This is his story.
My Dad was born on the 5th July 1953 into a country that had (more or less) just finished reeling from WWII. He grew in Daisy Hill, an area of Wallsend, not far from Newcastle. He kept the details of his youth to himself for the most part but I do know life wasn't easy for him. A left-handed person in a strict Catholic school was in for many punishments. By the time I came into the world he had developed a pronounced stutter.
My mother already had two children by different fathers, both of whom were black. Please don’t think badly of her, the true life story that led to this highly unusual (for the 70s) situation is far bleaker than any horror I've written. He fell in love with her and raised those kids as his own, accepting and fighting the rampant racism of the time. His selfless and unquestioning love for all of us coloured my view of humanity from an early age.
When I was 10, my mother and father split. In a rare decision, by the standards of the early 80s, he was awarded custody of me and became a single parent. Again, a rarity. I still have a vivid memory of the argument he had at the post office when they tried to refuse payment of Child Benefit to him on the grounds that only mothers collected it. He fought the system, and won. He had no option – without that money we wouldn't have eaten.
Over the next couple of years he sustained our unconventional family by working hard at any job he could find. He worked on a farm, he carried bricks, he laid paving stones and host of back-breaking jobs, all to keep a roof over my head and food in my belly. He never complained, not once.
When I was almost twelve he and a friend made a decision that changed my life and, more importantly, his. He got his hands on some disco gear. All of a sudden my Dad was a DJ and the boy with the stutter had to master a microphone.
Master it, he did. For decades to come he was the DJ to book. Weddings, birthdays, funerals (yes, really!), divorces, Christenings, presentations, the list goes on and on… He made more people dance than any other on the circuit. He was, and remains, a legend.
I know people who were Christened and he did the disco. They had numerous birthday parties and he did all the discos. They got engaged and he did the disco. They got married and he did the disco. And because of his talents, many people love him.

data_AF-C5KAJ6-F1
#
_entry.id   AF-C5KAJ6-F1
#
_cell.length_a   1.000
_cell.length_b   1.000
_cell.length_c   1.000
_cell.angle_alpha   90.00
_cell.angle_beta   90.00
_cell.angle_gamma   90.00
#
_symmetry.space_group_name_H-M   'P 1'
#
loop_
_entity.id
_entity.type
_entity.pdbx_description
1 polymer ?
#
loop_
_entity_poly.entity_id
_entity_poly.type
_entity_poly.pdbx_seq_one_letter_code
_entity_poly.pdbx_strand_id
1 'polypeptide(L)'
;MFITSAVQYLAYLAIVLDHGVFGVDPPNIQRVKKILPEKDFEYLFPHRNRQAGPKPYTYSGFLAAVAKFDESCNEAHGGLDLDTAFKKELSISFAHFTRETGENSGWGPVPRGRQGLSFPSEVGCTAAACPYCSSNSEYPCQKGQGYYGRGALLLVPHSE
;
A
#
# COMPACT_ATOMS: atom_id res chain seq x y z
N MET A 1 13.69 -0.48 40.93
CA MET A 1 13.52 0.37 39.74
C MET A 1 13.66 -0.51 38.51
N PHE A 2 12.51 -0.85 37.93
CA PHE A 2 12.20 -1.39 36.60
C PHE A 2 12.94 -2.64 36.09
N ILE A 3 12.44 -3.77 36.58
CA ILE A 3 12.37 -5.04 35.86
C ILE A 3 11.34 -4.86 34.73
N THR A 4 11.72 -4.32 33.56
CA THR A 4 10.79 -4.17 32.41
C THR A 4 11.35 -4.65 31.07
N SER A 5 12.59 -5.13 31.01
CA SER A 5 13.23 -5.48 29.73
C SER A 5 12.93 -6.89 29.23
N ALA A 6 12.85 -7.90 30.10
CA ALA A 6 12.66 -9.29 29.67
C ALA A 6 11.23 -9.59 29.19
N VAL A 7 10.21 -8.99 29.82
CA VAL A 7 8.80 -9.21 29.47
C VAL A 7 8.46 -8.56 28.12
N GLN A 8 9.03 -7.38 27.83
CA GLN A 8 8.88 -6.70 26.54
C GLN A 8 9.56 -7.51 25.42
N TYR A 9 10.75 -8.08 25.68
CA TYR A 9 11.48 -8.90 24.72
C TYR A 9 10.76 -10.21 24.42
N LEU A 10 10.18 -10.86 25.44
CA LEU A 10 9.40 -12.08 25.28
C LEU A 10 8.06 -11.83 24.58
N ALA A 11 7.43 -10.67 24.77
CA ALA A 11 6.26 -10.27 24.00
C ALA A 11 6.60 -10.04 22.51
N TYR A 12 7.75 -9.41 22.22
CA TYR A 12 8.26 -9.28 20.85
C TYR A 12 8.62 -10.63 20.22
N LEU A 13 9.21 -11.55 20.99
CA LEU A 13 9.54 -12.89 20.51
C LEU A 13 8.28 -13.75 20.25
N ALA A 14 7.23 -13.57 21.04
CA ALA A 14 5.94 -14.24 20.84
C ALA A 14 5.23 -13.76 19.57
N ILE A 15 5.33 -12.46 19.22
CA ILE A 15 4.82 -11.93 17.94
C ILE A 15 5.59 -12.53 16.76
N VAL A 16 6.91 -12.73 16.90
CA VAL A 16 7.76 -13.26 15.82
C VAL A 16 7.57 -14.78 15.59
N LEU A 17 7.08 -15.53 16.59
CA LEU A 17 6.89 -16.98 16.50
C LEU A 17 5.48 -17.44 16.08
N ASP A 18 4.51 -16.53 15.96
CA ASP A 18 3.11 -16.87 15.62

But for me it was different. No matter how much people loved him, I loved him more – he was my Dad. He fed me, he clothed me, he kept a roof over my head and he cared enough to punch me and set me straight when my teenage years threatened to derail me.
Never have I loved anyone as totally and fully as that man.
He married twice more. Each time, he loved the lady but also knew she would enrich my life too. Even when he was falling in love, he looked out for me.
When I fell ill with MS, he stepped in and picked up the pieces. He brought a whole new way of running a bar to the pub I had barely been managing to control. At an age where he would be allowed to wind down he displayed more energy than a far younger man.
At the beginning of 2013, he began to feel ill. Never one to want to worry others, he kept it to himself. Eventually it was noticed and a myriad of possible causes were suggested. He blamed a bad knock to the head while working in the bar’s cellar. We all suspected complications arising from Diabetes.
Before long, a mini stroke became prime suspect. When he was finally scanned in a hospital they found a pair of tumours in his brain. Not wanting to be a disappointment to us (his words, not mine) he vowed to take any treatment they offered.
Within days the man who previously wouldn't even take a headache tablet was having brain surgery. Next was radiotherapy that left him burned, fatigued and balding. His hair, his pride and joy all his life was going.
Still he soldiered on, supported massively by his wife and my younger brother. Through no-one's fault, it wasn't enough. This was one fight he couldn't win.
At 15.59 on Wednesday 22nd May, just a little short of his 60th birthday, my Dad passed away.
Whether you call him Dad, husband, brother, friend, Kev the DJ or the arsehole who put you on Pubwatch, you’ll never forget him. I dare you to try.